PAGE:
was 30 feet from the death chamber.  During his 
years there, he watched 54 men walk to their 
executions, during which he could smell their 
burning flesh.  Also during this time, 22 men 
committed suicide.

Upon his release, he bought himself a king-size 
bed because while he was in prison, he'd 
dreamed of being able to sleep stretched out 
rather than curled up.  He also goes outside to 
see the stars at night.

To read an interview that 60 Minutes did with 
Mr. Hinton, go to


For months now, we've seen stays of execution 
for inmates on the Ohio death row.  The 
problem is not that the State does not want to 
execute, but rather that it's not had the lethal 
cocktail to do the deed.  Ohio now may be able 
to get the needles ready because the State 
intends to use  a three-drug cocktail that is very 
similar to the one used in Oklahoma.  The drugs 
are midazolam, rocutonium bromide, and 
potassium chloride, all of which are FDA 
approved and do not come from a 
compounding pharmacy.  While finding 
companies that will sell their products to be 
used in State-sponsored deaths has been 
problematic, officials in Ohio have said they 
have found a new (unnamed) source for the 
drugs from a large manufacturer.  While the 
FDA approves drugs, it does not approve the 
ways in which corrections departments choose 
to use them.

Recent Exonerations

Mark Maxon - State: IL
Date of Exoneration: 9/27/2016
In 1994, Mark Maxson was convicted of the rape 
and murder of a 6-year-old boy in Chicago and 
sentenced to life in prison. He was exonerated in 
2016 when  DNA on the victim's clothing was 
linked to a convicted murderer who confessed 
to the crimes.

Nelson Ortiz, Jose Caro, and Nelson Ruiz 
 - State: PR
Date of Exoneration: 9/27/2016
In 1994, Nelson Ortiz, Jose Caro and Nelson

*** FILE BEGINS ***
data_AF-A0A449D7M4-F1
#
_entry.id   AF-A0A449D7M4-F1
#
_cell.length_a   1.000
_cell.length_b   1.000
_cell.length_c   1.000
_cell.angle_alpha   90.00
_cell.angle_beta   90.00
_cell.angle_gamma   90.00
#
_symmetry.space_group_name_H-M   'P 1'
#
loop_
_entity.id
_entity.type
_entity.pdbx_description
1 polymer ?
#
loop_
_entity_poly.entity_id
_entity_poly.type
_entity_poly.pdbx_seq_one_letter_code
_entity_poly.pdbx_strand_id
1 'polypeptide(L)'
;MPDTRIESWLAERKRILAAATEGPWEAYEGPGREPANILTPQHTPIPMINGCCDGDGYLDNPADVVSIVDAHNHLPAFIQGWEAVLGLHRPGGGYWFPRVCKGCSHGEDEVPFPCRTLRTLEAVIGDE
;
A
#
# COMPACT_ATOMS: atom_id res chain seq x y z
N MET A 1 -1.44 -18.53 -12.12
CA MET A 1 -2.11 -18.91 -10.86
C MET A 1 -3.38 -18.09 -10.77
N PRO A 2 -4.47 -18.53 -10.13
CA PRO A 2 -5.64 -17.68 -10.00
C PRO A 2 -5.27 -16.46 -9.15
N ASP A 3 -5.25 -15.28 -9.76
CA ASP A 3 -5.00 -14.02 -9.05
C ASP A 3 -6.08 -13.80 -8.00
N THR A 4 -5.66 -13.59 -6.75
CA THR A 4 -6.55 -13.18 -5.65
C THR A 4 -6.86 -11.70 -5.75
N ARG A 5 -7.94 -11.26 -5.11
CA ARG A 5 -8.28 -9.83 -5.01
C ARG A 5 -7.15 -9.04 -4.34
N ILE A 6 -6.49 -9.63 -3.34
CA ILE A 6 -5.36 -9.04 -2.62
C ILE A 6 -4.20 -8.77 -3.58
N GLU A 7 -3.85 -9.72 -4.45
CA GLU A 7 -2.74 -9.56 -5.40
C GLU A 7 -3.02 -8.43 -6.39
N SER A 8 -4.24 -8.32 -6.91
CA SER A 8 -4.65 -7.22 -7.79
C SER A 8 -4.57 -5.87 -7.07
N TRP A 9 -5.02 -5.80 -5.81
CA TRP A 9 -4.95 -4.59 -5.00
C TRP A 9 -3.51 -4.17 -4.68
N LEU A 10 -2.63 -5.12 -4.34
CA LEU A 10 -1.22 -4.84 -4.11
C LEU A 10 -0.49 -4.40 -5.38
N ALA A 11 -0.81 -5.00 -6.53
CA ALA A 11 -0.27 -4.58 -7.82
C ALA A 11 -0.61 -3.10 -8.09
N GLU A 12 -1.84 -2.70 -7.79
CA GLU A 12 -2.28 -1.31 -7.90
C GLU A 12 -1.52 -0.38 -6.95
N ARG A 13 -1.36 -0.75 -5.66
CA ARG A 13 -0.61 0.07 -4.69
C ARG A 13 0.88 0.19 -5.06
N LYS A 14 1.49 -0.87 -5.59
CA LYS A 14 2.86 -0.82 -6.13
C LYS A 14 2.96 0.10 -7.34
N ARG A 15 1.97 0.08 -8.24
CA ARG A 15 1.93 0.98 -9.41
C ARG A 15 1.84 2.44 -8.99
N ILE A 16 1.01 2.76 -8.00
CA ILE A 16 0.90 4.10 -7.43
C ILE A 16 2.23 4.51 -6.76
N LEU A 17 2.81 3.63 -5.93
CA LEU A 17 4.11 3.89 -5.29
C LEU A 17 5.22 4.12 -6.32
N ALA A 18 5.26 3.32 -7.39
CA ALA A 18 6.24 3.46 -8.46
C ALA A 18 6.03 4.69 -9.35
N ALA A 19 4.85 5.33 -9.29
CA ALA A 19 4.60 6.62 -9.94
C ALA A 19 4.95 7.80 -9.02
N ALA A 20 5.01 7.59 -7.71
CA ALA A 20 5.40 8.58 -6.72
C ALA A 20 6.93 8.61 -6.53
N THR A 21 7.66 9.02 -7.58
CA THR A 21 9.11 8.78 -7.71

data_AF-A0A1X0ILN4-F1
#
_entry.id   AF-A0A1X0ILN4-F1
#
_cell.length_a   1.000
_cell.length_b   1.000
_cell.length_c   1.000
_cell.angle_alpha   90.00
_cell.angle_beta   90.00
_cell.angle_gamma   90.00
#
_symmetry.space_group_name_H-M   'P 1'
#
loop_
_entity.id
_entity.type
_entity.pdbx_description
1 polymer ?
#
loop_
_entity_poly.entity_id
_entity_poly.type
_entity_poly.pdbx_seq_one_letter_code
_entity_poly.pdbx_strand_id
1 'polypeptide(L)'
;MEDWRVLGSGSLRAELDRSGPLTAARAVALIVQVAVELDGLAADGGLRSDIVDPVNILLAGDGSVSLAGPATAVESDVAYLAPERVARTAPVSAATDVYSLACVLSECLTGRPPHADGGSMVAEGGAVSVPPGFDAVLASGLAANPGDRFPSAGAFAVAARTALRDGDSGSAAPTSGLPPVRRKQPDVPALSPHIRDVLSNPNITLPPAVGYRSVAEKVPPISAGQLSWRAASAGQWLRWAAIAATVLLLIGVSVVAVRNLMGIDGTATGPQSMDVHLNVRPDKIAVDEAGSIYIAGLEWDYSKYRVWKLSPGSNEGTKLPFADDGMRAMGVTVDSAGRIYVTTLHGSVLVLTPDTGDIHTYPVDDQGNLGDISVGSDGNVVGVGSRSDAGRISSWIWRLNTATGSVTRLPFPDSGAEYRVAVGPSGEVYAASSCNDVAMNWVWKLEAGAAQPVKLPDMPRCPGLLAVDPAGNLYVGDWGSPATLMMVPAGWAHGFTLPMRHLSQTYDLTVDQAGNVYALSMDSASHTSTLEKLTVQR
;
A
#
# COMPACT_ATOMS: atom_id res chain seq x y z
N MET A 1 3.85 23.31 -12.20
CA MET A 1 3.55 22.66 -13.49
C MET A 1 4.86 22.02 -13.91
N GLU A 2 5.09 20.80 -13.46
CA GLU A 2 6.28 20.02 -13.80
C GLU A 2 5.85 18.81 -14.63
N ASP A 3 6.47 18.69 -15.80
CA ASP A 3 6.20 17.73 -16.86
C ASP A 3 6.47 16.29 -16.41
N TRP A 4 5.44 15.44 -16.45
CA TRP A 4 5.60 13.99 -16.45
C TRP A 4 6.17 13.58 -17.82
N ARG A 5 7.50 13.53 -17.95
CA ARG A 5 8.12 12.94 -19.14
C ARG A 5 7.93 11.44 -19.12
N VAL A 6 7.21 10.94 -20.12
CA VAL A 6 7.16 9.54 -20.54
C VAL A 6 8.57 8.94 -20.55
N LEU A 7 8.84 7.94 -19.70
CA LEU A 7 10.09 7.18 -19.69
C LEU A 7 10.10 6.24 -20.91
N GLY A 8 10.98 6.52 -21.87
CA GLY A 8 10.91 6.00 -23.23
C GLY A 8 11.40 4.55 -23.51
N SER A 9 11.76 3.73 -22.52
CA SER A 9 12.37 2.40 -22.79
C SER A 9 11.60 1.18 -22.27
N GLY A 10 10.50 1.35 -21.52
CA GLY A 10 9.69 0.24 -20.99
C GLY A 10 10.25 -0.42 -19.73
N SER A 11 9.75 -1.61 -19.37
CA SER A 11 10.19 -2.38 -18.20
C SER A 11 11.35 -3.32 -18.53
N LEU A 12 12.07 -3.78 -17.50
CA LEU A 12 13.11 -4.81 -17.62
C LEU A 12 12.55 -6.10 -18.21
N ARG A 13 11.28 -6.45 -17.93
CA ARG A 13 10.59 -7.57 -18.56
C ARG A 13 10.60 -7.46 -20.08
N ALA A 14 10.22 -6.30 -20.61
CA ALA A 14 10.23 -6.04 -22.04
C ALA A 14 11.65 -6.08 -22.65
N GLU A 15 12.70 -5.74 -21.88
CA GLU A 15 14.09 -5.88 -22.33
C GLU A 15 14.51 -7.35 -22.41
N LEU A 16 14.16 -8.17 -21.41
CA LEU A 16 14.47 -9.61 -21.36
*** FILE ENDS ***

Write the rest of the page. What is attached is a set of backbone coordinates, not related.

Ruiz were convicted of murder, rape, 
kidnapping, robbery, and illegal use of a 
weapon in Aguadilla, Puerto Rico. They were 
exonerated after the prosecution's two chief 
witnesses recanted and DNA tests excluded 
them as the perpetrators.

Stays of Execution

19	Robert Van Hook		OH	^^
19	Terry Darnell Edwards	TX (Date 
		changed to January 26, 2017)

2	Ramiro Gonzales		TX	
(The execution date was removed from the 
Texas Department of Corrections schedule 
without comment.)
16	Jeffery Wogenstahl		OH	^^

^^ (All 2016 Ohio executions granted a reprieve 
because new execution drugs could not be obtained)


5	Barney Ronald Fuller, Jr* 	TX
	Lethal injection   1-drug (Pentobarbital)

19	Gregory Paul Lawler		GA
	Lethal injection   1-drug (Pentobarbital)

* volunteer - an inmate who waived ordinary appeals 
that remained at the time of his or her execution

Documentary: 13TH

If you access to Netflix (or have a friend who 
does), you might consider watching 13TH.  
 "The title of Ava DuVernay's extraordinary and 
galvanizing documentary 13TH refers to the 13th 
Amendment to the Constitution, which reads 
"Neither slavery nor involuntary servitude, except as a 
punishment for crime whereof the party shall have been 
duly convicted, shall exist within the United States." The 
progression from that second qualifying clause to the 
horrors of mass criminalization and the sprawling 
American prison industry is laid out by DuVernay 
with bracing lucidity. " 
You can watch the trailer at

Amnesty International Group 22
The Caltech Y
Mail Code C1-128
Pasadena, CA 91125

Amnesty International's mission is to undertake research and action focused on 
preventing and ending grave abuses of the rights to physical and mental integrity, 
freedom of conscience and expression, and freedom from discrimination, within the 
context of its work to promote all human rights.